Contrary to the expectation, household wealth status was not significantly associated with HIV knowledge status. Although the four wealth quartiles, ranging from poorest to richer were less likely to be in the high score group of HIV knowledge than for those who were in the richest quartile, the findings were not statistically significant. The belief that economic solvency ensures access to basic necessities such as proper living condition, education, healthcare services which provides the condition for effective health communication and knowledge acquirement may not be directly playing a role in HIV knowledge, however the indirect impact through education or gender inequity might be of import. Though the country has experienced a substantial rise in per capita income in recent years, 31.5 % of the population lives below national poverty line as per Asian Development Bank, Basic Statistics 2016, especially among women, which reduces women’s capacity to seek for health services. Women from male-headed households having lower HIV knowledge further supports the fact that gender inequity may be playing a role in acquisition of HIV knowledge. In a society fraught with gender discrimination it is assumable that women in male-headed families enjoy less than necessary freedom to engage in adult health education or alike activities that do not align with the concerns of the household head. Such barriers are hard to address by policy making and require change in public attitudes about the value systems in societies. Previous studies have also stressed the importance of gender inequality as factors to be incorporated in ‘positive prevention’ strategies for HIV/AIDS [35].

Strength and limitations

Our study included a relatively large dataset, was representative of the general population and examined the impact of some very crucial determinants of HIV knowledge. The study was the first of this kind in the context of Bangladesh and invites more detailed and large-scale studies including more culture related determinants. Despite that, our study had few important shortcomings. Utilization of secondary data meant that we had no control over the selection of variables, quality of data, and the measurement of indicators. Moreover, the survey was conducted in 2011; therefore, the current level of HIV awareness may not coincide with our findings.

Conclusion

This study examined the extent and determinants of HIV knowledge among sexually active women in Bangladesh. The findings indicate that HIV prevention programs have a lot to improve in creating general awareness and clarifying misconceptions regarding mode of transmission of the disease. Education and sex of the household head were significantly correlated with the knowledge of HIV and reaffirms the findings from previous studies as well as indicates the import of their incorporation in the HIV prevention strategies. In the same vein, reducing gender inequality through education can be a viable option for increasing HIV knowledge status. Though being of rural of urban origin showed no significant correlation with HIV knowledge status, rural women are less likely to enjoy the healthcare and counseling facilities compared to their urban counterparts and remain somewhat isolated from the service network. People are more unlikely to seek counseling and treatment for STDs. Social workers have to devise innovative ways to grow trust among people in the services providers and encourage service utilization.

Abbreviations

BRDB: 

Bangladesh rural development board

DHS: 

Demographic and health survey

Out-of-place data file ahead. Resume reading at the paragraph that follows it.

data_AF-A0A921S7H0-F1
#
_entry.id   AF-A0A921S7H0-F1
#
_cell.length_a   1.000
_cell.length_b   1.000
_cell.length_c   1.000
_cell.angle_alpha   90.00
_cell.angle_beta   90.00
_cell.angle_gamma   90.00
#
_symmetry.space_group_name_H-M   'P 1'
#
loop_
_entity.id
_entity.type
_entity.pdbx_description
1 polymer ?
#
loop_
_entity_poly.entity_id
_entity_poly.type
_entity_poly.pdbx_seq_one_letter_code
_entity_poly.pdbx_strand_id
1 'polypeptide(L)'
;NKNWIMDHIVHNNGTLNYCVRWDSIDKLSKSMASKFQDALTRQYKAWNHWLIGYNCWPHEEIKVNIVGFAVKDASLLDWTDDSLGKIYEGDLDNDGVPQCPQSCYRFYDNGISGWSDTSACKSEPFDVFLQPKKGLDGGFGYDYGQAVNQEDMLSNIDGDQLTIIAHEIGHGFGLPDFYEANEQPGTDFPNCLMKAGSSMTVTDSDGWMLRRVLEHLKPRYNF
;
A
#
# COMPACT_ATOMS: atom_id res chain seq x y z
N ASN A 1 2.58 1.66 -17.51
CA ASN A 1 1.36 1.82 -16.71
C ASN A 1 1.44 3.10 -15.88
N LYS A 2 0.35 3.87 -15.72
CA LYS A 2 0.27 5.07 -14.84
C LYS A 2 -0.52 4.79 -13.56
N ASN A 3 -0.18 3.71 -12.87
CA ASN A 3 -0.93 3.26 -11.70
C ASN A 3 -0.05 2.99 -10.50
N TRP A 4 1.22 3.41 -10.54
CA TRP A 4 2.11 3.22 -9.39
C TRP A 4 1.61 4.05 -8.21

HIV: 

Human immunodeficiency virus

STDs: 

Sexually transmitted diseases

Declarations

Acknowledgments

The authors thank the MEASURE DHS project for their support and for free access to the original data.

Funding

The authors have no support or funding to report.

Availability of data and materials

Data for this study were sourced from the sixth round of Bangladesh Demographic and Health survey (BDHS) and available here: http://dhsprogram.com/pubs/pdf/fr265/fr265.pdf.

Authors’ contributions

SY and GB and GD participated in the conception and design of the study, data cleaning and analysis, results interpretation, and drafting and revision of the manuscript. SY, GD and SV and ME participated in review of statistical methods, results interpretation, and revision of the manuscript. All authors read and approved the final manuscript.

Competing interests

The authors declare that they have no competing interests.

Consent for publication

No consent to publish was needed for this study as we did not use any details, images or videos related to individual participants. In addition data used is available in the public domain.

Ethics approval and consent to participate

Ethics approval for this study was not required since the data is secondary and is available in the public domain. More details regarding DHS data and ethical standards are available at: http://goo.gl/ny8T6X.

Open AccessThis article is distributed under the terms of the Creative Commons Attribution 4.0 International License (http://creativecommons.org/licenses/by/4.0/), which permits unrestricted use, distribution, and reproduction in any medium, provided you give appropriate credit to the original author(s) and the source, provide a link to the Creative Commons license, and indicate if changes were made. The Creative Commons Public Domain Dedication waiver (http://creativecommons.org/publicdomain/zero/1.0/) applies to the data made available in this article, unless otherwise stated.

Authors’ Affiliations

(1)
School of International Development and Global Studies, Faculty of Social Sciences, University of Ottawa
(2)
School of Medicine and Health Management, Tongji Medical College, Huazhong University of Science and Technology
(3)
Faculty of Health, York University
(4)
Interdisciplinary School of Health Sciences, Faculty of Health Sciences, University of Ottawa
(5)
The Women’s Health and Action Research Centre

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Copyright

© The Author(s). 2016